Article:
A New York City native, Tom Calen holds a degree in English and spent several years in public relations before abandoning all reason and deciding to write full-time. He is the author of the bestselling horror series, The Pandemic Sequence. His seventh novel, Sarah of the Romani, was published earlier this year. In early 2014, Tom moved to Nicaragua, where he is soaking up the sun while working on his next book. Tom is an Active member of both the Horror Writers Association and International Thriller Writers, Inc. In his time with the HWA, Tom has overseen the successful Horror Selfies and Alone Is Scary campaigns, and serves as the organization’s communications coordinator. In 2015, he received the HWA’s Richard Laymon Award for his work with the communications team.
Tom was recently kind enough to be interviewed by ScifiPulse to discuss his career and his work with the Horror Writers Association. For more information on Tom, please visit his homepage.
Nicholas Yanes: Looking back at your life, what were some of the stories you enjoyed that pushed you to become a writer?
Tom Calen: I got my first taste of a book’s power when I was very little and read Charlotte’s Web. It was my introduction to the concept of death and my reaction was quite powerful; so much so that I still remember the weight of it. Not long after, I discovered A Wrinkle in Time, which hooked me into the scifi/fantasy realm. Another standout, The Power of One, blew me away with its art of storytelling. But really, there have been many over the years that stayed with me. I was very lucky to have parents who made a weekly trip to the library a reward, and a handful of amazing teachers who encouraged my creativity and exploration of literature.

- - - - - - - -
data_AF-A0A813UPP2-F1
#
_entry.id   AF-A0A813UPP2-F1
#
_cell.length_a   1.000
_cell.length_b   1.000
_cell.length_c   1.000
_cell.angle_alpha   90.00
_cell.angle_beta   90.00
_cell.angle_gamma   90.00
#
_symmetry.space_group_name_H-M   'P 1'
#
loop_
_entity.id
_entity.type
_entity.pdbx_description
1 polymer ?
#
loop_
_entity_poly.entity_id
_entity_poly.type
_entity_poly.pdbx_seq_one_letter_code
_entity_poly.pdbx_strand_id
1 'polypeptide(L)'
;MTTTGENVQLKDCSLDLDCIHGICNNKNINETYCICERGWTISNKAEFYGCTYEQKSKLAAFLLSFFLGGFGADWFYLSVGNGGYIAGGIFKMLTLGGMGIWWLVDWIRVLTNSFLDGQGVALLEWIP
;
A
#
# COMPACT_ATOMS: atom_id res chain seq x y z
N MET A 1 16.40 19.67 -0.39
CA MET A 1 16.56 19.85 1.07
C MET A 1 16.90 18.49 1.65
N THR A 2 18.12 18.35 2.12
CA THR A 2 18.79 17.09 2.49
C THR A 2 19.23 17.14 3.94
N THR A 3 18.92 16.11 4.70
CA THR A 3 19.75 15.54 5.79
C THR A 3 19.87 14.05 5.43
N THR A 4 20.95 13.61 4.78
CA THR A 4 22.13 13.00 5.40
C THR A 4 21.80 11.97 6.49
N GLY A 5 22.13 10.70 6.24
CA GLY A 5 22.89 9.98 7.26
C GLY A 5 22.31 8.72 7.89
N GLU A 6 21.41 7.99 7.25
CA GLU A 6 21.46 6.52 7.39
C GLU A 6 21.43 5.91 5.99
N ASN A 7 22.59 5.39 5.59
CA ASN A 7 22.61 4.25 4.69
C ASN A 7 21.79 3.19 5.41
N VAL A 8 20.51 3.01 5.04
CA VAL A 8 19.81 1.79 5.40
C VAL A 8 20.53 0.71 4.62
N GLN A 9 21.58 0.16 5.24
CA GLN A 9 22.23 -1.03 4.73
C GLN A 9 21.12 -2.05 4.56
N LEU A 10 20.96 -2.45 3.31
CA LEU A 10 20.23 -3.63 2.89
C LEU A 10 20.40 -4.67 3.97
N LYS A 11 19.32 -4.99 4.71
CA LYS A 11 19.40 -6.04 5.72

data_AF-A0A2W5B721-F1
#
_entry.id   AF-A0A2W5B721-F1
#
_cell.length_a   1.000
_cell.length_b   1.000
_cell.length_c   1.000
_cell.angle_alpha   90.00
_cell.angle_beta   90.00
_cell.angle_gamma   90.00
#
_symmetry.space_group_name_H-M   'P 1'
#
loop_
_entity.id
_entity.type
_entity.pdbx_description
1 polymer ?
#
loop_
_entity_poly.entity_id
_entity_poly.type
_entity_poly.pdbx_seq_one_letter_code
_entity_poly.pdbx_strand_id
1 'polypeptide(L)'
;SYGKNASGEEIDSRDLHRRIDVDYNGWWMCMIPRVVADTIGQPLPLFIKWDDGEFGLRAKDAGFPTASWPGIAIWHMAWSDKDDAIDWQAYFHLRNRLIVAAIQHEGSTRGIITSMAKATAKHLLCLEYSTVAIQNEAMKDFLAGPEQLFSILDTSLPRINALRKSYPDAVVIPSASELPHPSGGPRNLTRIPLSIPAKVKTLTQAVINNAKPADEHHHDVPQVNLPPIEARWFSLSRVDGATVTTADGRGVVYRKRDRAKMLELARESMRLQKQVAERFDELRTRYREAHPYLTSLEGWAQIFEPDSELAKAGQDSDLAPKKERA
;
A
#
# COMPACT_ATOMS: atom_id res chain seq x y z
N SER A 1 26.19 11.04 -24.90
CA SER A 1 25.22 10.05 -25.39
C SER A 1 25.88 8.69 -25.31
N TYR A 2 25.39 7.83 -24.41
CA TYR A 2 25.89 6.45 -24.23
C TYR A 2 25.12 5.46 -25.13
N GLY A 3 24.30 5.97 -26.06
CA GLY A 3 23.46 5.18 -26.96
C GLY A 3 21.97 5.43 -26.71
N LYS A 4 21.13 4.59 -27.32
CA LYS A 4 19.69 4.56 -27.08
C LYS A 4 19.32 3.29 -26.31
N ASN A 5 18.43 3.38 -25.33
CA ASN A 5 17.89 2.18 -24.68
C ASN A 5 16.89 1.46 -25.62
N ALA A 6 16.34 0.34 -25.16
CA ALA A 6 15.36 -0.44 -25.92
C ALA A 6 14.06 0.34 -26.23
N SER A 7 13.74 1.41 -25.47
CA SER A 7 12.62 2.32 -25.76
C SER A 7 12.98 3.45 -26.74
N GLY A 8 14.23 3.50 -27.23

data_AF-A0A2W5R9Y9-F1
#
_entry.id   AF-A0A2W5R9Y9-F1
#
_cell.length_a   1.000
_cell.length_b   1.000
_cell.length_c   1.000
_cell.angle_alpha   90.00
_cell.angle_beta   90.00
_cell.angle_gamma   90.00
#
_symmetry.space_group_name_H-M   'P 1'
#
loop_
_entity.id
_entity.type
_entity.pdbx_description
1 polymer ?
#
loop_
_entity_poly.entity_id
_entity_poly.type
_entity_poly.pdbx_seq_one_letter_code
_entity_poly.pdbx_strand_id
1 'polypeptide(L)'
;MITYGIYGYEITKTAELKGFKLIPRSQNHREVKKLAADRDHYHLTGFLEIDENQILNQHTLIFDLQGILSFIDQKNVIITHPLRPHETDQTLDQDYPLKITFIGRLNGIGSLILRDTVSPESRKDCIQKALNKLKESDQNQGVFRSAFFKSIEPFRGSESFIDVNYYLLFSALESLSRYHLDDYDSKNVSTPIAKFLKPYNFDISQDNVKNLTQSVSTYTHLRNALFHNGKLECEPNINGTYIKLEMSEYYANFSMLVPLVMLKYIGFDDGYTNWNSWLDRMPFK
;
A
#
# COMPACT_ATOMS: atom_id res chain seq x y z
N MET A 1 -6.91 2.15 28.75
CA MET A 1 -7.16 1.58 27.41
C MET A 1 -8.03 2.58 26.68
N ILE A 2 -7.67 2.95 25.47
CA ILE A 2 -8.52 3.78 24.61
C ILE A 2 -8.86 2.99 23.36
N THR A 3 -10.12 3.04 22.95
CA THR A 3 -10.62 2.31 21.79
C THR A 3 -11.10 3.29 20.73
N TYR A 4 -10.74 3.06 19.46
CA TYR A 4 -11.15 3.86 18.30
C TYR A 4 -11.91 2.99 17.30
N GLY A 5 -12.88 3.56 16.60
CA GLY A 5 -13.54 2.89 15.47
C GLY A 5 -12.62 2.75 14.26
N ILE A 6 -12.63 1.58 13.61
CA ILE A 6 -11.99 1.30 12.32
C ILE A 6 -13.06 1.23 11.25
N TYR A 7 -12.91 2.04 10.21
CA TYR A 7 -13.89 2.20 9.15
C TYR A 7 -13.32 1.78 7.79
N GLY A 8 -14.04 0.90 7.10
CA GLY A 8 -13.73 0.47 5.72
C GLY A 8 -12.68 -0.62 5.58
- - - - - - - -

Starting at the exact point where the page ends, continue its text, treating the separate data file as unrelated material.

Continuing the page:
Yanes: Your bio says you spent several years in the business world before you left it to become a writer. What did you do for a profession? And, what finally pushed you to leaving it for the world of paper and prose?
Tom: After college, I went to work for a public relations firm in Manhattan. While the agency’s focus was on pharm/biotech, I was able to work with quite a few celebrities who served has spokespeople for consumer-education campaigns. As you can imagine, for someone just out of college, it was a pretty nice gig. In time, though, the “shine” wore off and I wanted something “more”. That time, and the experience it offered, was incredibly valuable. Years later, here I am handling the PR for a writers association. Full circle, I guess.
Yanes: With years of experience under your belt, what do you think is the hardest part about being a writer?